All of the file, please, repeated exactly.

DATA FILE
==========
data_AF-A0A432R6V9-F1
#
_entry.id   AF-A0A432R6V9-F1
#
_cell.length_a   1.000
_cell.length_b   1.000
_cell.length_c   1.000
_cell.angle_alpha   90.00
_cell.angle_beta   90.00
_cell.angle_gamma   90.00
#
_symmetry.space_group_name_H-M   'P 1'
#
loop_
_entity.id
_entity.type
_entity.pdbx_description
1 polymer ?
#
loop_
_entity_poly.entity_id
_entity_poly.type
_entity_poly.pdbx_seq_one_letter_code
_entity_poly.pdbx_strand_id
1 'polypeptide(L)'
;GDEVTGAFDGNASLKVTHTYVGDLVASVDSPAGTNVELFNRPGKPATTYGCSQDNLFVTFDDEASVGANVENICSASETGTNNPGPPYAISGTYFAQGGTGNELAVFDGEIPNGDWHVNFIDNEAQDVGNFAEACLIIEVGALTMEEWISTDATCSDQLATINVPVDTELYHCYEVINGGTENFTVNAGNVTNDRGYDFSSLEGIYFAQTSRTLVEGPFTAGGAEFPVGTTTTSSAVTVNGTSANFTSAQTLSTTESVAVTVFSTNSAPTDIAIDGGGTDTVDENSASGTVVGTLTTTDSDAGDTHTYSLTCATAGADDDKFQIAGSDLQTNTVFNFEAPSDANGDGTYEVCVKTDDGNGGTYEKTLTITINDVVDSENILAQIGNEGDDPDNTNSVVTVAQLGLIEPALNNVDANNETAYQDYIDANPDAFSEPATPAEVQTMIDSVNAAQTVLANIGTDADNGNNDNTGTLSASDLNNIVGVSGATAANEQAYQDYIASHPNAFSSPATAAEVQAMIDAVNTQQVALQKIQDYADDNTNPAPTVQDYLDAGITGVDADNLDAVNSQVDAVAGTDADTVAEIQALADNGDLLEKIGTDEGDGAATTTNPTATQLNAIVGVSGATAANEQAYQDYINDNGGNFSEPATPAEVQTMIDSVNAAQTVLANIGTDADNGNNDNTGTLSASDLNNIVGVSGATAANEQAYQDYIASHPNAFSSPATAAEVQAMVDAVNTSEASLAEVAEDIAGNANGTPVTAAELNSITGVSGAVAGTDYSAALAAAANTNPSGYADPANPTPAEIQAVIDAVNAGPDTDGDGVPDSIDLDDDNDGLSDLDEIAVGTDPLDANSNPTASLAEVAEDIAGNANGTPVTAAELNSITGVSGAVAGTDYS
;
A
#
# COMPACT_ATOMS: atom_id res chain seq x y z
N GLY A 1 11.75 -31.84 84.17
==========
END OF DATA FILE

data_AF-A0A432R6V9-F1
#
_entry.id   AF-A0A432R6V9-F1
#
_cell.length_a   1.000
_cell.length_b   1.000
_cell.length_c   1.000
_cell.angle_alpha   90.00
_cell.angle_beta   90.00
_cell.angle_gamma   90.00
#
_symmetry.space_group_name_H-M   'P 1'
#
loop_
_entity.id
_entity.type
_entity.pdbx_description
1 polymer ?
#
loop_
_entity_poly.entity_id
_entity_poly.type
_entity_poly.pdbx_seq_one_letter_code
_entity_poly.pdbx_strand_id
1 'polypeptide(L)'
;GDEVTGAFDGNASLKVTHTYVGDLVASVDSPAGTNVELFNRPGKPATTYGCSQDNLFVTFDDEASVGANVENICSASETGTNNPGPPYAISGTYFAQGGTGNELAVFDGEIPNGDWHVNFIDNEAQDVGNFAEACLIIEVGALTMEEWISTDATCSDQLATINVPVDTELYHCYEVINGGTENFTVNAGNVTNDRGYDFSSLEGIYFAQTSRTLVEGPFTAGGAEFPVGTTTTSSAVTVNGTSANFTSAQTLSTTESVAVTVFSTNSAPTDIAIDGGGTDTVDENSASGTVVGTLTTTDSDAGDTHTYSLTCATAGADDDKFQIAGSDLQTNTVFNFEAPSDANGDGTYEVCVKTDDGNGGTYEKTLTITINDVVDSENILAQIGNEGDDPDNTNSVVTVAQLGLIEPALNNVDANNETAYQDYIDANPDAFSEPATPAEVQTMIDSVNAAQTVLANIGTDADNGNNDNTGTLSASDLNNIVGVSGATAANEQAYQDYIASHPNAFSSPATAAEVQAMIDAVNTQQVALQKIQDYADDNTNPAPTVQDYLDAGITGVDADNLDAVNSQVDAVAGTDADTVAEIQALADNGDLLEKIGTDEGDGAATTTNPTATQLNAIVGVSGATAANEQAYQDYINDNGGNFSEPATPAEVQTMIDSVNAAQTVLANIGTDADNGNNDNTGTLSASDLNNIVGVSGATAANEQAYQDYIASHPNAFSSPATAAEVQAMVDAVNTSEASLAEVAEDIAGNANGTPVTAAELNSITGVSGAVAGTDYSAALAAAANTNPSGYADPANPTPAEIQAVIDAVNAGPDTDGDGVPDSIDLDDDNDGLSDLDEIAVGTDPLDANSNPTASLAEVAEDIAGNANGTPVTAAELNSITGVSGAVAGTDYS
;
A
#
# COMPACT_ATOMS: atom_id res chain seq x y z
N GLY A 1 11.75 -31.84 84.17